EvidenceProf Blog

Editor: Colin Miller
Univ. of South Carolina School of Law

Wednesday, January 23, 2013

Am I Right?: Eastern District of Michigan Finds Rule 410 Doesn't Contain a Constitutionally Protected Right

Federal Rule of Evidence 410 states:

(a) Prohibited Uses. In a civil or criminal case, evidence of the following is not admissible against the defendant who made the plea or participated in the plea discussions:

(1) a guilty plea that was later withdrawn;

(2) a nolo contendere plea;

(3) a statement made during a proceeding on either of those pleas under Federal Rule of Criminal Procedure 11 or a comparable state procedure; or

(4) a statement made during plea discussions with an attorney for the prosecuting authority if the discussions did not result in a guilty plea or they resulted in a later-withdrawn guilty plea.

(b) Exceptions. The court may admit a statement described in Rule 410(a)(3) or (4):

(1) in any proceeding in which another statement made during the same plea or plea discussions has been introduced, if in fairness the statements ought to be considered together; or

(2) in a criminal proceeding for perjury or false statement, if the defendant made the statement under oath, on the record, and with counsel present.

In its recent opinion in Dozier v. Booker, 2013 WL 184000 (E.D.Mich. 2013), the United States District Court for the Eastern District of Michigan held that "nothing in the text of Federal Rule of Evidence 410 or its Michigan analogue even alludes to a constitutionally protected right." But was the court right?

Well, I guess in a certain sense, the court was right. Rule 410 certainly does not use the word "right," and the Rule simply speaks to the (in)admissibility of certain evidence and not to a right to have such evidence excluded. On the other hand, doesn't it make sense to look at the Supreme Court's most thorough discussion of the Rule, which is in United States v. Mezzanatto?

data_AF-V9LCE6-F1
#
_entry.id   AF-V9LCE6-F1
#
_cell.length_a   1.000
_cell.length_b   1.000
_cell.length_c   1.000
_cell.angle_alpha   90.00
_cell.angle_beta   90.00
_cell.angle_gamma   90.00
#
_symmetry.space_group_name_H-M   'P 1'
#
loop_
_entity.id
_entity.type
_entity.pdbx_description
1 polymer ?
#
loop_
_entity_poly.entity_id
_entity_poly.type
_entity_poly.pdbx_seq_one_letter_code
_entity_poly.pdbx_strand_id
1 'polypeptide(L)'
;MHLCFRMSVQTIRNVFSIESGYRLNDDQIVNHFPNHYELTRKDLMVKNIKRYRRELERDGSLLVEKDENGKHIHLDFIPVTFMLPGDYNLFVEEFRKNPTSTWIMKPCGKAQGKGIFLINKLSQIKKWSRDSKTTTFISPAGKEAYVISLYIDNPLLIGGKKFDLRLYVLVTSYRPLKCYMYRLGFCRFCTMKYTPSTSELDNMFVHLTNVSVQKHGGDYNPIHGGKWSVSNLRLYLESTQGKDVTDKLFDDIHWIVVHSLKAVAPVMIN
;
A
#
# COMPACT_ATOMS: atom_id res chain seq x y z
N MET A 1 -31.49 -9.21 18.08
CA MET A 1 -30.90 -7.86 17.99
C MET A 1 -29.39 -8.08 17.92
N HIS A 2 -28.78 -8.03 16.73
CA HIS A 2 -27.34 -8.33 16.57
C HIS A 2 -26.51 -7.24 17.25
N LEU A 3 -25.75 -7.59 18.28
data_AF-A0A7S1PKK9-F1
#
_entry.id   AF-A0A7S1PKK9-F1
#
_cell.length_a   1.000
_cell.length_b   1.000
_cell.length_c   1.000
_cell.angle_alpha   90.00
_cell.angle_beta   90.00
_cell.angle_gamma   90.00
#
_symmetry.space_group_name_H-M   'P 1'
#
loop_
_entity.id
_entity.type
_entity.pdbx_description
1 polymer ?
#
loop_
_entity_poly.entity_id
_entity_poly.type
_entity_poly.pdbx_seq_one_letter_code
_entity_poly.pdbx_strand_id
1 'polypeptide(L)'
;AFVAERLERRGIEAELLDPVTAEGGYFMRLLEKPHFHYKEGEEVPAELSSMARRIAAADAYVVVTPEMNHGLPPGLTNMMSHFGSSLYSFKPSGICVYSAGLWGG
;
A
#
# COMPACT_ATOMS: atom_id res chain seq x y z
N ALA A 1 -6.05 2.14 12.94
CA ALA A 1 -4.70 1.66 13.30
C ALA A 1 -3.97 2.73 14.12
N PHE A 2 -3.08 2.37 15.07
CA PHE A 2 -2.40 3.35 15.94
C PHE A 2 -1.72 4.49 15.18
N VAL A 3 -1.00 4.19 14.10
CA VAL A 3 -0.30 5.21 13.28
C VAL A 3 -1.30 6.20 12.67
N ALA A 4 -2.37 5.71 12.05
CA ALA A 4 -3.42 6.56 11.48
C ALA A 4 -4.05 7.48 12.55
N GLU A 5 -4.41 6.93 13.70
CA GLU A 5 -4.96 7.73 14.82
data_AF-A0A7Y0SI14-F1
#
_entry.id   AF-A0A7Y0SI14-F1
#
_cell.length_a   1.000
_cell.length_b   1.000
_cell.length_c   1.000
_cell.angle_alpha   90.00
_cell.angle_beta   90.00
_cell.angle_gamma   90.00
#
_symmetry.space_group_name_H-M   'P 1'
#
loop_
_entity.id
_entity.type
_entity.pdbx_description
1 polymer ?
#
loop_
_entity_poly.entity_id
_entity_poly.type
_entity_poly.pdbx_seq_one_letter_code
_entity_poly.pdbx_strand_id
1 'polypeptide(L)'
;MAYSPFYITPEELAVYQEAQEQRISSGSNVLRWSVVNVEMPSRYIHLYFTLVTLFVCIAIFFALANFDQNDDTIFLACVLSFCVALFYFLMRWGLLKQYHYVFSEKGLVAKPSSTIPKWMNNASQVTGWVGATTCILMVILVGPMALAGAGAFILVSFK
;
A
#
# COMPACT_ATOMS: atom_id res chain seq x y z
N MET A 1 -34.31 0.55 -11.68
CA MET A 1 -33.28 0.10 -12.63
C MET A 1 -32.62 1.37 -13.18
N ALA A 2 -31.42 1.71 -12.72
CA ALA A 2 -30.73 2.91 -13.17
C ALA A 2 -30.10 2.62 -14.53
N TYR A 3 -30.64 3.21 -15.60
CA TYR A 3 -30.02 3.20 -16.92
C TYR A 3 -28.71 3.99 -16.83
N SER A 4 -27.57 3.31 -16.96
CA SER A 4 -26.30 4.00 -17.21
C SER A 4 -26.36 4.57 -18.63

In Mezzanatto, the Court had to decide whether to enforce a waiver under which a defendant waived the protections of Rule 410 to get to the plea bargaining table, such that his statements made during plea negotiations would be admissible to impeach him should his case proceed to trial. The Ninth Circuit had found that such a waiver was unenforceable, but the Supreme Court disagreed, finding, inter alia, that

Respondent also goes to great lengths to establish a proposition that is not at issue in this case: that the plea statement Rules do not contain a blanket "impeachment" exception. We certainly agree that the Rules give a defendant the right not to be impeached by statements made during plea discussions, but that conclusion says nothing about whether the defendant may relinquish that right by voluntary agreement.

Now, this discussion is merely contained in a footnote, and the Court expressly states that the proposition "is not at issue in the case," making its conclusion dicta. That said, the Court pretty plainly construes Rule 410 as creating a right, albeit one that can be relinquished by voluntary agreement.

So, what's the relevance of this issue? In Booker, the petition brought a habeas action, claiming that the Michigan state courts erred by admitting statements that he made in violation of Rule 410. The Eastern District of Michigan, however, found that because Rule 410 does not contain a constitutionally protected right, "[p]etitioner would not be entitled to habeas relief merely because the admission of his statement violated M.R.E. 410."



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Isn't the court's reasoning obvious? There is a right. But the right is conferred by statute, not by the constitution. It isn't a "constitutional right."

Posted by: Question | Jan 29, 2013 9:03:10 AM

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